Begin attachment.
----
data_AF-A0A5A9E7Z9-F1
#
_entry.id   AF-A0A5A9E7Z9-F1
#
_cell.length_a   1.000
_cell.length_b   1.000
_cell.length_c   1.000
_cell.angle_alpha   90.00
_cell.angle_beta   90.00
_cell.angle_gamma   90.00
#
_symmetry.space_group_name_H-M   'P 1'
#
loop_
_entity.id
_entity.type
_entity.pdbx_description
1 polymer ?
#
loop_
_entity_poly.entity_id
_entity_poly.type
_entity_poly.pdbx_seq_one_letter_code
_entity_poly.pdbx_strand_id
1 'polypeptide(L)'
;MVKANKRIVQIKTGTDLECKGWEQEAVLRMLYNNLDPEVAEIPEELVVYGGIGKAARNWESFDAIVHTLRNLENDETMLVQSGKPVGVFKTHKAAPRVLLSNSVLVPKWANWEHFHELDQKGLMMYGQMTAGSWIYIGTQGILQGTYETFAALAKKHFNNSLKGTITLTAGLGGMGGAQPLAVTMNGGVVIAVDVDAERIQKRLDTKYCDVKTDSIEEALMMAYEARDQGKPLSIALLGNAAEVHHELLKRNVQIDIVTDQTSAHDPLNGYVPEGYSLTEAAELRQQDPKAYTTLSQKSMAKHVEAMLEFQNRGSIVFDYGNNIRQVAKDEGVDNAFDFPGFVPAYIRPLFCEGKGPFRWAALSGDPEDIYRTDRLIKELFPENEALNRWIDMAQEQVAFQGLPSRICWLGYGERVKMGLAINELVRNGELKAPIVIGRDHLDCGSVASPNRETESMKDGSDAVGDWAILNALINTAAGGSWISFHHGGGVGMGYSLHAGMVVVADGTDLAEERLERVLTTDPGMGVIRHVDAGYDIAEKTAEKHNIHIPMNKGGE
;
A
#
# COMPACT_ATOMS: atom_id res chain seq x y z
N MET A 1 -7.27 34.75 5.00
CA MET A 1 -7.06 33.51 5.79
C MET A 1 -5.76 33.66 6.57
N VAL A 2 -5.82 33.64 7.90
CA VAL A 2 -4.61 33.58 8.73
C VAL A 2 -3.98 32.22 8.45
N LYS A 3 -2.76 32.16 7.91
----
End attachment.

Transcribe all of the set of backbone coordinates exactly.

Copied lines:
data_AF-A0A5A9E7Z9-F1
#
_entry.id   AF-A0A5A9E7Z9-F1
#
_cell.length_a   1.000
_cell.length_b   1.000
_cell.length_c   1.000
_cell.angle_alpha   90.00
_cell.angle_beta   90.00
_cell.angle_gamma   90.00
#
_symmetry.space_group_name_H-M   'P 1'
#
loop_
_entity.id
_entity.type
_entity.pdbx_description
1 polymer ?
#
loop_
_entity_poly.entity_id
_entity_poly.type
_entity_poly.pdbx_seq_one_letter_code
_entity_poly.pdbx_strand_id
1 'polypeptide(L)'
;MVKANKRIVQIKTGTDLECKGWEQEAVLRMLYNNLDPEVAEIPEELVVYGGIGKAARNWESFDAIVHTLRNLENDETMLVQSGKPVGVFKTHKAAPRVLLSNSVLVPKWANWEHFHELDQKGLMMYGQMTAGSWIYIGTQGILQGTYETFAALAKKHFNNSLKGTITLTAGLGGMGGAQPLAVTMNGGVVIAVDVDAERIQKRLDTKYCDVKTDSIEEALMMAYEARDQGKPLSIALLGNAAEVHHELLKRNVQIDIVTDQTSAHDPLNGYVPEGYSLTEAAELRQQDPKAYTTLSQKSMAKHVEAMLEFQNRGSIVFDYGNNIRQVAKDEGVDNAFDFPGFVPAYIRPLFCEGKGPFRWAALSGDPEDIYRTDRLIKELFPENEALNRWIDMAQEQVAFQGLPSRICWLGYGERVKMGLAINELVRNGELKAPIVIGRDHLDCGSVASPNRETESMKDGSDAVGDWAILNALINTAAGGSWISFHHGGGVGMGYSLHAGMVVVADGTDLAEERLERVLTTDPGMGVIRHVDAGYDIAEKTAEKHNIHIPMNKGGE
;
A
#
# COMPACT_ATOMS: atom_id res chain seq x y z
N MET A 1 -7.27 34.75 5.00
CA MET A 1 -7.06 33.51 5.79
C MET A 1 -5.76 33.66 6.57
N VAL A 2 -5.82 33.64 7.90
CA VAL A 2 -4.61 33.58 8.73
C VAL A 2 -3.98 32.22 8.45
N LYS A 3 -2.76 32.16 7.91